''Just because you're paranoid doesn't mean they're not after you''
Simon Oxenham covers the best and the worst from the world of psychology and neuroscience. Formerly writing with the pseudonym "Neurobonkers", Simon has a history of debunking dodgy scientific research and tearing apart questionable science journalism in an irreverent style. Simon has written and blogged for publishers including: The Psychologist, Nature, Scientific American and The Guardian. His work has been praised in the New York Times and The Guardian and described in Pearson's Textbook of Psychology as "excoriating reviews of bad science/studies”.
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A spellbinding case of justified paranoia is documented this week in the New Yorker. Researcher Tyrone Hayes upset the manufacturer of the second most popular herbicide in the US (since banned in the EU), when he published and promoted research suggesting atrazine causes growth defects in frogs. Hayes was well known for his paranoia, for example advising his students to listen for clicks on telephone calls that might indicate someone listening in - but it seems his paranoia was justified.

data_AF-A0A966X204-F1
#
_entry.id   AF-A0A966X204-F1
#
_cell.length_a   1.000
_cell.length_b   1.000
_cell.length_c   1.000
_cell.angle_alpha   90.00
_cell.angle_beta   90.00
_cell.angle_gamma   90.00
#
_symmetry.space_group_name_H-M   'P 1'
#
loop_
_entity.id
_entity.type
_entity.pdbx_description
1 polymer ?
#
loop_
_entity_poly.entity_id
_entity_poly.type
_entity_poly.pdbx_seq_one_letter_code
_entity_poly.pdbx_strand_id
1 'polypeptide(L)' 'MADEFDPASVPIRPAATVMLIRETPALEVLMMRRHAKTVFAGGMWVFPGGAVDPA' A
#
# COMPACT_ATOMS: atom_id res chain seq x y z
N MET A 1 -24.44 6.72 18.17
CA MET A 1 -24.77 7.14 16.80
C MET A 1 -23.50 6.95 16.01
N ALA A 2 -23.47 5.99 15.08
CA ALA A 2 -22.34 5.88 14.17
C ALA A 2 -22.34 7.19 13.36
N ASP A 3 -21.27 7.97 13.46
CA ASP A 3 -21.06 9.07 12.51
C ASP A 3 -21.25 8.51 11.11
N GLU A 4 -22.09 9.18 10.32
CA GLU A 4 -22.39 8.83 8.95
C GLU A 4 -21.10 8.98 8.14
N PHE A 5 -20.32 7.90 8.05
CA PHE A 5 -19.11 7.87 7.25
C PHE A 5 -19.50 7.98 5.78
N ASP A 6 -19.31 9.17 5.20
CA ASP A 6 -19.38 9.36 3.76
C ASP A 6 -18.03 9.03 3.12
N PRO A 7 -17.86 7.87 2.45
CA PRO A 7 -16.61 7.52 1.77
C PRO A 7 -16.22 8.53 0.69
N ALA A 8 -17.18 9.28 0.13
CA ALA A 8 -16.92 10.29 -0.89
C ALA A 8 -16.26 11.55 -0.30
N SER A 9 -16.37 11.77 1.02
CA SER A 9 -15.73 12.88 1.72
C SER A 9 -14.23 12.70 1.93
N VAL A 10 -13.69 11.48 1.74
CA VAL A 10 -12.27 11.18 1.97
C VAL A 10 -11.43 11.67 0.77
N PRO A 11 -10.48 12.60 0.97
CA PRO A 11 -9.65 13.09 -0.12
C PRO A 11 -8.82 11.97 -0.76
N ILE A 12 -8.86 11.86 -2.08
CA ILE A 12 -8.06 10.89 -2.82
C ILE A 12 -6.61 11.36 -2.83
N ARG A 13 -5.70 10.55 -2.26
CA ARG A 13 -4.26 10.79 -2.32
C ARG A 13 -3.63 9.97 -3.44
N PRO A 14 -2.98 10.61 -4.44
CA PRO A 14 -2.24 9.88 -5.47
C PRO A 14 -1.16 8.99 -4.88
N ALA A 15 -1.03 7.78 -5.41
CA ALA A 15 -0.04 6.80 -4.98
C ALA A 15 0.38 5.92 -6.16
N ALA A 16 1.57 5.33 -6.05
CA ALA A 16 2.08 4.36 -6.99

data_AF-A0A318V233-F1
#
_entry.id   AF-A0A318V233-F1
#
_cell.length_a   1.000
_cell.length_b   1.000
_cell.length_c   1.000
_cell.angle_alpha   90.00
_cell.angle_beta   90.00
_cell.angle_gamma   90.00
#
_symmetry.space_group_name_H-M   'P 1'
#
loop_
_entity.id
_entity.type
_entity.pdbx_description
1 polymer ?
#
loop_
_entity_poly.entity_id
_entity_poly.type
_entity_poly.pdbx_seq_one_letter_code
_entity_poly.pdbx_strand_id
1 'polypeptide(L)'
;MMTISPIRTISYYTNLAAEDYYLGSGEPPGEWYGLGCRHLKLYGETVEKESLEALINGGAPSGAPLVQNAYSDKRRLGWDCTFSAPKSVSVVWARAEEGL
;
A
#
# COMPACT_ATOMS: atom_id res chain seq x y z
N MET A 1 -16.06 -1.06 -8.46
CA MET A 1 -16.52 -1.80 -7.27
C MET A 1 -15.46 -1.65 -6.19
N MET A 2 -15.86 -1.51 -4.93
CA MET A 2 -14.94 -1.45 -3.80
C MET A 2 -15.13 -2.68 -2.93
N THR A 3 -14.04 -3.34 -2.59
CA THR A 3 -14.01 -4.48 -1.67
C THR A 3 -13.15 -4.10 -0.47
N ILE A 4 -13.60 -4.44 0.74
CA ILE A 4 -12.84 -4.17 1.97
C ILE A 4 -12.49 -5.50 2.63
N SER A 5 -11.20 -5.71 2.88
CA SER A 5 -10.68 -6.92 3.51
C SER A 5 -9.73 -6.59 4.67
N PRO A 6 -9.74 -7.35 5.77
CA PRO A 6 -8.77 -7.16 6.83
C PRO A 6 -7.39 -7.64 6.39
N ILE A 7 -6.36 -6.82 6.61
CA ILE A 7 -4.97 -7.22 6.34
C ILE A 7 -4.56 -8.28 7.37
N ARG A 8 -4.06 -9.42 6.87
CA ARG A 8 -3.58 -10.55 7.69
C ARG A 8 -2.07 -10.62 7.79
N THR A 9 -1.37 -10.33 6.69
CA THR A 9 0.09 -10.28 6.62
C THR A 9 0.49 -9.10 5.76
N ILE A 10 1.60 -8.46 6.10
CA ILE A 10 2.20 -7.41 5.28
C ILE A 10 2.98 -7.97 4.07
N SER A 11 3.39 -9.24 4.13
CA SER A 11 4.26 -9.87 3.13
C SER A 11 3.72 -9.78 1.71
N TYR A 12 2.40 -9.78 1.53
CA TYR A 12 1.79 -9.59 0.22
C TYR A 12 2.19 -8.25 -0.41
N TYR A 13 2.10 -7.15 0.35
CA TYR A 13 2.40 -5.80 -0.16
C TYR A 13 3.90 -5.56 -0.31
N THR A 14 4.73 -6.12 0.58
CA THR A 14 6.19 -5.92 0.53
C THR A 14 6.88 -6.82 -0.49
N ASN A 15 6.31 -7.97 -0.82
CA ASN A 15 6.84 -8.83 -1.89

Syngenta, the manufacturer of atrazine allegedly began a character assassination campaign against Hayes. Adverts were purchased for web searches of Hayes' name and research - a search for Tyrone Hayes still brings up a google ad titled: “Tyrone Hayes Not Credible.” According to the New Yorker, Syngenta's communications manager Sherry Ford devised a list of methods for discrediting Hayes including: “ask journals to retract,” “set trap to entice him to sue,” “investigate funding,” “investigate wife." The tactics did not stop with the alleged smear campaign but also allegedly extended to “systematic rebuttals of all TH appearances” - a measure that seems to be backed up by numerous reports of strange figures appearing at the back of Hayes' lectures asking continuous questions apparently designed to embarrass Hayes. In the words of one of Hayes' former students quoted in the New Yorker: “everywhere Tyrone went there was this guy asking questions that made a mockery of him. We called him the Axe Man.”
I'm going to end my summary there - but head over to the New Yorker to read the full piece, if you read one article this week, make it this one.
Image Credit: Shutterstock/136766561-Marcin Balcerzak
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